Data Analysis and Statistical Tests
Data were analyzed in Igor Pro (WaveMetrics, USA) with home-made macros and statistical tests were performed in Prism (GraphPad, USA) with built-in functions. Depending on the nature of data set, statistical significance was assessed with unpaired Student's t-test, Mann-Whitney test or two-way ANOVA followed by Bonferroni post-hoc test. Data are presented as Mean ± SD in text and as Mean ± SEM in figures, and the level of significance was set to p < 0.05. In figures, N.S. means p > 0.05, *means p < 0.05, ** means p < 0.01, and *** means p < 0.001.
To examine differences of hearing performance between CBA and B6 mice, we presented short tone burst to animals under anesthesia and recorded auditory brainstem responses (ABRs). This is a non-invasive way to assess hearing performance, and the first wave, i.e., Wave I, represents summated activity of responding auditory afferent fibers (Figure 1A). Consistent with previous studies (Frisina et al., 2007; Ohlemiller et al., 2016; Hickox et al., 2017), we found no significant difference between the two mouse strains in either the ABR threshold or Wave I latency (n = 6 for both mouse strains, two-way ANOVA, p > 0.05, Figures 1B,C).
Figure 1. Hearing performance of juvenile CBA and B6 mice. (A) Representative auditory brainstem responses (ABRs) recorded from two mice, one from each strain. (B,C) Across all frequencies tested, no significant differences were found in either the ABR threshold (B) or ABR Wave I latency (C) between the two mouse strains. (D) As the sound pressure level (SPL) went beyond 70 dB, the ABR Wave I amplitude from B6 mice became significantly smaller than that of CBA mice. For both mouse strains, pure tone pips of 8 kHz with an increasing SPL were presented to induce ABRs. For all figures, data are depicted as Mean ± SEM, ** means p < 0.01, and *** means p < 0.001.
Next, we examined ABR Wave I amplitude at 8 kHz, a frequency located in the apical turn. We chose to focus on the apical turn for this entire study because this is the only region in adult cochlea where hearing epithelium can be excised with sufficient tissue integrity for patch-clamp analysis on inner hair cells (IHCs), an approach we would like to take for later experiments. Although there is no significant difference for low sound pressure levels (SPLs, 45–70 dB), Wave I amplitude is significantly smaller for B6 mice at high SPLs starting from 75 dB (1.72 ± 0.20 vs. 1.13 ± 0.25 μV, n = 6 for both mouse strains, two-way ANOVA, p < 0.001). This difference in the Wave I amplitude for louder sounds is not unique to the apical turn, as we observed similar difference for both medial and basal turn (16 and 32 kHz, data not shown).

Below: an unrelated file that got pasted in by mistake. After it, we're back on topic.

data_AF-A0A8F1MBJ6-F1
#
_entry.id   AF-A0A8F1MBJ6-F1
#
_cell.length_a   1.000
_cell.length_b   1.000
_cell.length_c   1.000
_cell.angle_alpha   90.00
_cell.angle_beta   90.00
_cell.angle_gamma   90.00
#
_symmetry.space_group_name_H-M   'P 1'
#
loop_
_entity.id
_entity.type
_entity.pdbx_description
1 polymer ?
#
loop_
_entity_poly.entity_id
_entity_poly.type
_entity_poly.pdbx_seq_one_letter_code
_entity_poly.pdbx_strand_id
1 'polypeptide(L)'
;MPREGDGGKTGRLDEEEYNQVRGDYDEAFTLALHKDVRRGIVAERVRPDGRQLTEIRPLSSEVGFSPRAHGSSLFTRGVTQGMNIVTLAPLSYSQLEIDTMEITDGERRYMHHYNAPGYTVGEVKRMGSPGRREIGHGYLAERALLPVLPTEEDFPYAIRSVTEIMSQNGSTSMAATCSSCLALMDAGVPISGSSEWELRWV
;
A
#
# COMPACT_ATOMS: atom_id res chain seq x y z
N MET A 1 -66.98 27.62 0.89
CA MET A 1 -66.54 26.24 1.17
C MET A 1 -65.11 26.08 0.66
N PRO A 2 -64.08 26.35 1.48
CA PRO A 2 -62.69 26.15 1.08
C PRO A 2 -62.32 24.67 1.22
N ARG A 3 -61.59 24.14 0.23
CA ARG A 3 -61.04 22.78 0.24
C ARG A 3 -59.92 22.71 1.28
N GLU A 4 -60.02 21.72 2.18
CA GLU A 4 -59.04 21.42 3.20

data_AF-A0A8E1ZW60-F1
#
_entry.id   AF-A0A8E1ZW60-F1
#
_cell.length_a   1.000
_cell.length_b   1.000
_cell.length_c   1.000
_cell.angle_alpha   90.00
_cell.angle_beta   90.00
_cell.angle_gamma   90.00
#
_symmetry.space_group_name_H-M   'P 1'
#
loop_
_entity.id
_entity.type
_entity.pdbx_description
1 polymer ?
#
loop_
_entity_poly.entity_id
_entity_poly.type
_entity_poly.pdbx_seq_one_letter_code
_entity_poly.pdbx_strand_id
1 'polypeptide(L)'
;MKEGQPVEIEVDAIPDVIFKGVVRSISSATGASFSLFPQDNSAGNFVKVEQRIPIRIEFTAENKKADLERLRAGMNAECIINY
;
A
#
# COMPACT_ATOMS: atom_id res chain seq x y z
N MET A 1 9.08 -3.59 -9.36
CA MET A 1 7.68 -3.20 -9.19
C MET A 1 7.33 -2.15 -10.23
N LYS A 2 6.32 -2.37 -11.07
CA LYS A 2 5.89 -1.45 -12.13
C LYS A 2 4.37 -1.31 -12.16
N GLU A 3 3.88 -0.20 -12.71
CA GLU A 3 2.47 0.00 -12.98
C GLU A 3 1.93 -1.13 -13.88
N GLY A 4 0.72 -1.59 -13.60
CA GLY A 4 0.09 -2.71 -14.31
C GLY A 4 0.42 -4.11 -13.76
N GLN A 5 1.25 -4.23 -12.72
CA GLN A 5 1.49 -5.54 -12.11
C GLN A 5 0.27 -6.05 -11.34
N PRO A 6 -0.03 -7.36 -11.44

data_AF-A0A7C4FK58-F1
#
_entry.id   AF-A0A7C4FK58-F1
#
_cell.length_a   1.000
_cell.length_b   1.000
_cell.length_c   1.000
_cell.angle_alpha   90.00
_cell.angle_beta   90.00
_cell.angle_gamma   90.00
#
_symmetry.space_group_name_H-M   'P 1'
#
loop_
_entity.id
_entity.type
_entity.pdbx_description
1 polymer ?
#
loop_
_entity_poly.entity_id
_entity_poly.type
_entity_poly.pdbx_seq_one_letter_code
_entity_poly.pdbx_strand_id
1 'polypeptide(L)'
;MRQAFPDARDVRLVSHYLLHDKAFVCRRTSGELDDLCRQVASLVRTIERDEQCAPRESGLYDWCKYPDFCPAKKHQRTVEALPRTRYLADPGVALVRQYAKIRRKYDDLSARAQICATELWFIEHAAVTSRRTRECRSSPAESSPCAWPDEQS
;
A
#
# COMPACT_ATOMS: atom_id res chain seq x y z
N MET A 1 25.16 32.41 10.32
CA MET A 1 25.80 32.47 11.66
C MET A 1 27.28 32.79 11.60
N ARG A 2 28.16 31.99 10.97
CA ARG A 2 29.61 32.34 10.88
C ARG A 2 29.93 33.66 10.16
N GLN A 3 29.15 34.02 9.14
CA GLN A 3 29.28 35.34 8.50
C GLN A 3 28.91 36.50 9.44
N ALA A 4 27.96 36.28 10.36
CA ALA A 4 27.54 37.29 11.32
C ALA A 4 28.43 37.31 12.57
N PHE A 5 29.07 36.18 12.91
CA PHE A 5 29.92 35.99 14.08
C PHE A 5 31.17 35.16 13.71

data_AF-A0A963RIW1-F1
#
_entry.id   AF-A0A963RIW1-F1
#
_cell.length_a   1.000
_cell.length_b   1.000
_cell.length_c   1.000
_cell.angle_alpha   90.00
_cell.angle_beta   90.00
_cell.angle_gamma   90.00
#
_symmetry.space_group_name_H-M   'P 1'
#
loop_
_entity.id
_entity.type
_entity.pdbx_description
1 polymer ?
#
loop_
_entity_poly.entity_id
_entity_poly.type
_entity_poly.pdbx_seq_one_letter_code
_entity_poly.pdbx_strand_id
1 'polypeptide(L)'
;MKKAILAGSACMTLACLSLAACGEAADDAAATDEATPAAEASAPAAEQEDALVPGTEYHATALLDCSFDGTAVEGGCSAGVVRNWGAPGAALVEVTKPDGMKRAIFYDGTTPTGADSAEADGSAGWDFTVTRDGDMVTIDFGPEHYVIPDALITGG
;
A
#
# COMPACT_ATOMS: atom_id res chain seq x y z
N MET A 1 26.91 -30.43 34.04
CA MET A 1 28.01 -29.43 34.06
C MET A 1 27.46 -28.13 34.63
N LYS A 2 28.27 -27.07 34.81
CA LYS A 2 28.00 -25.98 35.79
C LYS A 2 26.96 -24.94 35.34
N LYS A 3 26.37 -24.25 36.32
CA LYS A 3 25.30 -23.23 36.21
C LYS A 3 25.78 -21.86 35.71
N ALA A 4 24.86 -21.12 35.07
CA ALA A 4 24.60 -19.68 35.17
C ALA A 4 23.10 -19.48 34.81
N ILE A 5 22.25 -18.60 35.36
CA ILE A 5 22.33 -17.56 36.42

Inner Hair Cell (IHC) Function
To examine functional differences in IHCs between the two mouse strains, we conducted whole-cell patch-clamp recording in IHCs from the apical turn. We first applied ramp stimulation and recorded the Ca2+ current (ICa, Figure 2A). We found that the peak amplitude of ICa is significantly larger in IHCs from B6 mice (−128 ± 12.3 vs. −212 ± 37.0 pA, n = 17 and 12 cells; Mann-Whitney U-test, p < 0.001; Figure 2C). As expected, we found no significant different in the Ca2+ reversal potential between the two mouse strains (26.4 ± 2.57 vs. 28.5 ± 3.58 mV, n = 17 and 12; unpaired Student's t-test, p > 0.05; Figure 2F). Next, we converted ICa to conductance point-by-point and fitted conductance-voltage relationship to the Boltzmann function (Figure 2B), yielding the half-activation voltage (Vhalf) and the slope of activation (kslope). We found that ICa in B6 mice has a more negative Vhalf (−19.7 ± 3.17 vs. −23.9 ± 2.95 mV, n = 17 and 12; unpaired Student's t-test, p < 0.01; Figure 2D) and a steeper activation slope (6.77 ± 0.28 vs. 6.07 ± 0.44 mV, n = 17 and 12; unpaired Student's t-test, p < 0.001; Figure 2E), suggesting that Ca2+ channels in B6 IHCs could bring more Ca2+ influx into the cell at physiological conditions.
Figure 2. Ca2+ current in inner hair cells (IHCs) of CBA and B6 mice. (A) Representative Ca2+ currents recorded from two IHCs, one from each mouse strain, induced by a voltage ramp from −90 to +50 mV under voltage-clamp. (B) Based on the Ca2+ current shown in (A), the conductance was calculated point-by-point and plotted against the membrane potential applied. The dashed lines in red depict Boltzmann fitting. (C–E) The Ca2+ current in IHCs from B6 mice has a larger peak amplitude (ICa, C), a more negative half-activation voltage (Vhalf, D) and a steeper voltage dependency (kslope, E). (F) No statistical significance was found in the reversal potential of the Ca2+ current (Vr) between the two mouse strains. N.S. means p > 0.05, ** means p < 0.01 and *** means p < 0.001.